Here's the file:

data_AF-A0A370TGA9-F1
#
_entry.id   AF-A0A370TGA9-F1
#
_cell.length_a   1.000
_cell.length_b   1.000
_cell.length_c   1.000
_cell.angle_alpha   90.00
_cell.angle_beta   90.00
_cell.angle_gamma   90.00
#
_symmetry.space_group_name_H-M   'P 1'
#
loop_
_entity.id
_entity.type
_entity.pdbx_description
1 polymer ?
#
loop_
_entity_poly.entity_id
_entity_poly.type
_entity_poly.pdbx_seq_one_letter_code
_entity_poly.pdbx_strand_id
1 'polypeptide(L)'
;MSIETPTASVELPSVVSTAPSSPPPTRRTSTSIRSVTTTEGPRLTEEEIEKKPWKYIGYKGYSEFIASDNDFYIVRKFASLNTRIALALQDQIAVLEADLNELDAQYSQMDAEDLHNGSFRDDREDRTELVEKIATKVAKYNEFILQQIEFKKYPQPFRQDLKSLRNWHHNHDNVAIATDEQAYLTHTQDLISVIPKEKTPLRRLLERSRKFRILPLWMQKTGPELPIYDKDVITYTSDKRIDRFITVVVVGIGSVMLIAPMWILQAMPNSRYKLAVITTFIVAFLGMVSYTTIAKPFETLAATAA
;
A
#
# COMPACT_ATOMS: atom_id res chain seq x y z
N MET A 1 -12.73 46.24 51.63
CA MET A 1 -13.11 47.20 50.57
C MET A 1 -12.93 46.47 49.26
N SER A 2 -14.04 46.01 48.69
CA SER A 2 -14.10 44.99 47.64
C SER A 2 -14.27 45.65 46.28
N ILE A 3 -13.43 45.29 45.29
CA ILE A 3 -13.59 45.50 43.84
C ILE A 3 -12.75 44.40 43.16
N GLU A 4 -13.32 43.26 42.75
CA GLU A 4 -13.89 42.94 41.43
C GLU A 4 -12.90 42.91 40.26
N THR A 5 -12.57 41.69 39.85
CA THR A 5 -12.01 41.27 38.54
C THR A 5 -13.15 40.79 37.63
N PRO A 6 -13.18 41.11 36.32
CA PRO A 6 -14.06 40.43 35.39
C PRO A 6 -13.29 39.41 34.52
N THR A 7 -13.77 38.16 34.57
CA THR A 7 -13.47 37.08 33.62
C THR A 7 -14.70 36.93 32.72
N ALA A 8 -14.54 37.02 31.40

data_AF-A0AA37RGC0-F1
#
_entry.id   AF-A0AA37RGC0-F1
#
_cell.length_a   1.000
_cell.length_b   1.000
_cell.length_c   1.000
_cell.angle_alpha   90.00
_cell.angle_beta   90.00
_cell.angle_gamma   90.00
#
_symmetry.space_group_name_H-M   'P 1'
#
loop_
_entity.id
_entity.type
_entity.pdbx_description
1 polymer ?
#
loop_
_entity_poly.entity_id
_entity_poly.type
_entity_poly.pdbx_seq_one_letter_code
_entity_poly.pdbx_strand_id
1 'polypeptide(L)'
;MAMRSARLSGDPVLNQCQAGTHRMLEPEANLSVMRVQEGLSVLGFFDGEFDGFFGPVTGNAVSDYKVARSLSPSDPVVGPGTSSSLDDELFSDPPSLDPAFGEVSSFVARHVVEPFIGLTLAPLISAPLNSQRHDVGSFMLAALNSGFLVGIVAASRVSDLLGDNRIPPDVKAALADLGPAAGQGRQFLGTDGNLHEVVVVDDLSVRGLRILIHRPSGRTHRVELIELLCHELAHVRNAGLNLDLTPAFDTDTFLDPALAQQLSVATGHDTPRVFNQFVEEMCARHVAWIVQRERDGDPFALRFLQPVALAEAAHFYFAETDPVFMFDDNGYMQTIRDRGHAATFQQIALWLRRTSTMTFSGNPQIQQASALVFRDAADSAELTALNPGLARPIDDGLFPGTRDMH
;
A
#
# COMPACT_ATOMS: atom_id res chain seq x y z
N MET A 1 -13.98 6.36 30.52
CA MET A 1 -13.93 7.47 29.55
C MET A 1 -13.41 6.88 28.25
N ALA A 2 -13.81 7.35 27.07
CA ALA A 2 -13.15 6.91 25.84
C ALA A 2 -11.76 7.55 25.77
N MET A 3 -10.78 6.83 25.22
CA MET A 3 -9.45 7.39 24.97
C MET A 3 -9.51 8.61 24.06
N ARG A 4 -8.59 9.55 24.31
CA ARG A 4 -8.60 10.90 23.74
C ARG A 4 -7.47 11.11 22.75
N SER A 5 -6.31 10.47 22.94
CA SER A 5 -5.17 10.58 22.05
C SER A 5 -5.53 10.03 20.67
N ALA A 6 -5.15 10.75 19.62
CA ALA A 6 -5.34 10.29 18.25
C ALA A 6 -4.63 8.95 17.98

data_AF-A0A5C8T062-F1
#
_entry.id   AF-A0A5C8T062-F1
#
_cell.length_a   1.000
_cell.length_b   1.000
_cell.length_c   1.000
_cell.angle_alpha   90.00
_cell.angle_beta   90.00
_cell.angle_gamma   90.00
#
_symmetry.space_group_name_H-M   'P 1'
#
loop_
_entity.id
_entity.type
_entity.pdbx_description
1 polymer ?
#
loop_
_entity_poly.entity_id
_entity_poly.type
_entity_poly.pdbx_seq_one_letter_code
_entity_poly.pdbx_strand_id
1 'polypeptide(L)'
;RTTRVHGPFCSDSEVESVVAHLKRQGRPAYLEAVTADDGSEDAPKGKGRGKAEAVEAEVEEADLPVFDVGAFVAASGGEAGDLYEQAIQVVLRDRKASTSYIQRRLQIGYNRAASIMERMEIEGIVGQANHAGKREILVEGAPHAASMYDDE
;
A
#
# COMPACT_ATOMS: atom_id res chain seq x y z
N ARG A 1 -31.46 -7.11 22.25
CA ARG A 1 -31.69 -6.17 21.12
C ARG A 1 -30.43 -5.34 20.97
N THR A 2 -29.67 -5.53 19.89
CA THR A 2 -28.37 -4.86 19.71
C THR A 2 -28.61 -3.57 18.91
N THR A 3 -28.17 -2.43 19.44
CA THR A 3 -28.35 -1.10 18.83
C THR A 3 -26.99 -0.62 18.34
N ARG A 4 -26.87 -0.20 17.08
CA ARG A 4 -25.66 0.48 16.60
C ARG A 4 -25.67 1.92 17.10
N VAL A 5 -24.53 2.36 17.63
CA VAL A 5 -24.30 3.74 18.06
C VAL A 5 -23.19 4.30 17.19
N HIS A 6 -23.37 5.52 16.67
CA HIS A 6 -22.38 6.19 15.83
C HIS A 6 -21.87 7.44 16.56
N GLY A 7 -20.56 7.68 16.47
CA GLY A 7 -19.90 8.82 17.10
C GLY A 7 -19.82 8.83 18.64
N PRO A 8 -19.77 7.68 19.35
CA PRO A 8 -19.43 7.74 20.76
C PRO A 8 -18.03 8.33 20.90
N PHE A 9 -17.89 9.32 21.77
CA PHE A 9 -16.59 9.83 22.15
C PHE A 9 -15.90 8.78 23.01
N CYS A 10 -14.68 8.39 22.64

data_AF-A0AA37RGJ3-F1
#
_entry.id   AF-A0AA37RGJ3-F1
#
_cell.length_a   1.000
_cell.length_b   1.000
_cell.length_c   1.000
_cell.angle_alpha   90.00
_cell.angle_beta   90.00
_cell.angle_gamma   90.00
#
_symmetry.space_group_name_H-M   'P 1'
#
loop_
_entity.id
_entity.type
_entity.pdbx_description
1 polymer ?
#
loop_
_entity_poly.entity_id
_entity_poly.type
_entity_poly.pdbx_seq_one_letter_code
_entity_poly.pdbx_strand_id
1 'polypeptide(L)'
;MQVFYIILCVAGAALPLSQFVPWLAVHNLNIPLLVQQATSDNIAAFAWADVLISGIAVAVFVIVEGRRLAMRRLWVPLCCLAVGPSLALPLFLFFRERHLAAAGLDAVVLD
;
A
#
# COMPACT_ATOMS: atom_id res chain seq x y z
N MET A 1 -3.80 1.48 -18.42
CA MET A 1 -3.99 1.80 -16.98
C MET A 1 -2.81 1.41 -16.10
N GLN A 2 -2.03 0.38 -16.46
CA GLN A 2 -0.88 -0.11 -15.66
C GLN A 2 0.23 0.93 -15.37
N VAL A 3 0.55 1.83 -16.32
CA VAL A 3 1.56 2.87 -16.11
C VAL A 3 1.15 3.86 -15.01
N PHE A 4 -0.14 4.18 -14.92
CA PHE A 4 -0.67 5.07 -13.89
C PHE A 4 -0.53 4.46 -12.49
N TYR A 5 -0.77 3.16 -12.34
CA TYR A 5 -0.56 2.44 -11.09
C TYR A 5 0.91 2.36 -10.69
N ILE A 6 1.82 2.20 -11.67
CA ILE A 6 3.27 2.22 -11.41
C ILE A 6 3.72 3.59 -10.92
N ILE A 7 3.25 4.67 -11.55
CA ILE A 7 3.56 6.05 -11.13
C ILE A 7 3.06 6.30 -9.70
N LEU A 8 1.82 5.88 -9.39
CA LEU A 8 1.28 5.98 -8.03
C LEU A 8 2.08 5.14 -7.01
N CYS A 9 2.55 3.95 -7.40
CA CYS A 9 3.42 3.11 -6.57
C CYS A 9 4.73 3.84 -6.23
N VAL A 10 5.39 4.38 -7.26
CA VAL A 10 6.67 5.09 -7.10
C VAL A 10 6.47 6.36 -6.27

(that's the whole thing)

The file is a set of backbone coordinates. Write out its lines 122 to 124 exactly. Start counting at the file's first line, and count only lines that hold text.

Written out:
_entity_poly.type
_entity_poly.pdbx_seq_one_letter_code
_entity_poly.pdbx_strand_id